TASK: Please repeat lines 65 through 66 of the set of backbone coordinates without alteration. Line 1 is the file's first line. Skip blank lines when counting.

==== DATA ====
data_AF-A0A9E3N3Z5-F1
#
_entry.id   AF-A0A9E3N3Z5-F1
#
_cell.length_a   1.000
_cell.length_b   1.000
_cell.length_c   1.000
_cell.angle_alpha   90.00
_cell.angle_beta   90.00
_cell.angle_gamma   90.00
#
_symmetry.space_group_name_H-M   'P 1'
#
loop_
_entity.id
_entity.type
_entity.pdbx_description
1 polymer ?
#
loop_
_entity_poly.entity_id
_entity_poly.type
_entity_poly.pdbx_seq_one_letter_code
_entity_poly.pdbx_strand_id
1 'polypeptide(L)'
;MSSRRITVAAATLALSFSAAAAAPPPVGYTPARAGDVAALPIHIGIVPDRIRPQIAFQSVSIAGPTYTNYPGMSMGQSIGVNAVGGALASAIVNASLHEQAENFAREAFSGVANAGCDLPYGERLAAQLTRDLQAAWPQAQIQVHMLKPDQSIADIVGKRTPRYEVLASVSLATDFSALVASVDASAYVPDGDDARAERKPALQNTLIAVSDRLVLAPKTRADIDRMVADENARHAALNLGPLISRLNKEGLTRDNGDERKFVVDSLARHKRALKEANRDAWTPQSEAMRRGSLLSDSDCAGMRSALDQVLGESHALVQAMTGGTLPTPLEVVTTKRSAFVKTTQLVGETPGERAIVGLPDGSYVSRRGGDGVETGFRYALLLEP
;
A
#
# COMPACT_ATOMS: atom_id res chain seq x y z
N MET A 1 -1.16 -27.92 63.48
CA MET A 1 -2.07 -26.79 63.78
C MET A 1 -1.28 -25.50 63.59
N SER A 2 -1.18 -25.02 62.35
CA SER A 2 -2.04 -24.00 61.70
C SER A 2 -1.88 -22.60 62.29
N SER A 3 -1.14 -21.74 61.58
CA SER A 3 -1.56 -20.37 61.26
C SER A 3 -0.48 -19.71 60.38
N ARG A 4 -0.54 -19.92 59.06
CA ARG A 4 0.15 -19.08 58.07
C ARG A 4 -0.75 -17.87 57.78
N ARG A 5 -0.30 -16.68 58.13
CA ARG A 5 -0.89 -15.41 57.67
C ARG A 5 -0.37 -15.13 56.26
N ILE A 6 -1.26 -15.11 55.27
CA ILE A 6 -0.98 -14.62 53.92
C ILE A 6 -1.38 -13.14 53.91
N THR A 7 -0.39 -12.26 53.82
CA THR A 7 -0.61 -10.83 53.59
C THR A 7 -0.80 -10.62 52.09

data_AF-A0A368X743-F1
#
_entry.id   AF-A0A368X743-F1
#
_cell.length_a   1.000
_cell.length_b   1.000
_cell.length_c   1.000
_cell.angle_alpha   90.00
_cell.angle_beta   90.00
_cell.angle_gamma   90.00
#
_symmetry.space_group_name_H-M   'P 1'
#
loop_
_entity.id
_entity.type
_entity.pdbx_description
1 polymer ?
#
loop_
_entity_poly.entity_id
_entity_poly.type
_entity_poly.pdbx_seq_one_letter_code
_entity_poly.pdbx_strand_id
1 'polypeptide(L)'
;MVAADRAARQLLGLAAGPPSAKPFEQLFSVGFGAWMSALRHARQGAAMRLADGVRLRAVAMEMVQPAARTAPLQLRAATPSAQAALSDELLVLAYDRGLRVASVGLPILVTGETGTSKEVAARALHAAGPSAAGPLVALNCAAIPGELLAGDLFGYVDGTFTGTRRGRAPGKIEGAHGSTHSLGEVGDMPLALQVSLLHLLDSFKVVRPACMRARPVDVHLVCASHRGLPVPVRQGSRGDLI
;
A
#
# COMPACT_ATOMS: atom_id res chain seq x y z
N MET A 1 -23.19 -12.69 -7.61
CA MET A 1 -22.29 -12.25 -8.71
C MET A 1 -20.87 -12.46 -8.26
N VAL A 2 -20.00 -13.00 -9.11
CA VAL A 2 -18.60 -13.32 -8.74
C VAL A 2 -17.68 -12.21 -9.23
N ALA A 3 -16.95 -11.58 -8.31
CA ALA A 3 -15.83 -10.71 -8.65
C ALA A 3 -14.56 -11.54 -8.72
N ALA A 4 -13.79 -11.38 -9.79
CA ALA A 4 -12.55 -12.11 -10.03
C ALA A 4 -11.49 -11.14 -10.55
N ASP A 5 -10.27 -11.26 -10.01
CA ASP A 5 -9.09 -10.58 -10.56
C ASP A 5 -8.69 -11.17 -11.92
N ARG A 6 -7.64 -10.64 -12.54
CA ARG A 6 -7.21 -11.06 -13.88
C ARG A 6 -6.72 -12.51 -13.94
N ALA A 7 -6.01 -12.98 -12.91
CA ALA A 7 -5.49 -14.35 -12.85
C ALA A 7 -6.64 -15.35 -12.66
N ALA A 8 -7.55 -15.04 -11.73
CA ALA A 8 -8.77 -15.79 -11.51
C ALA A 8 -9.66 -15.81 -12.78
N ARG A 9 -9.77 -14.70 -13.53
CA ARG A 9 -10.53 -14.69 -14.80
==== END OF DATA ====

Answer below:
loop_
_entity.id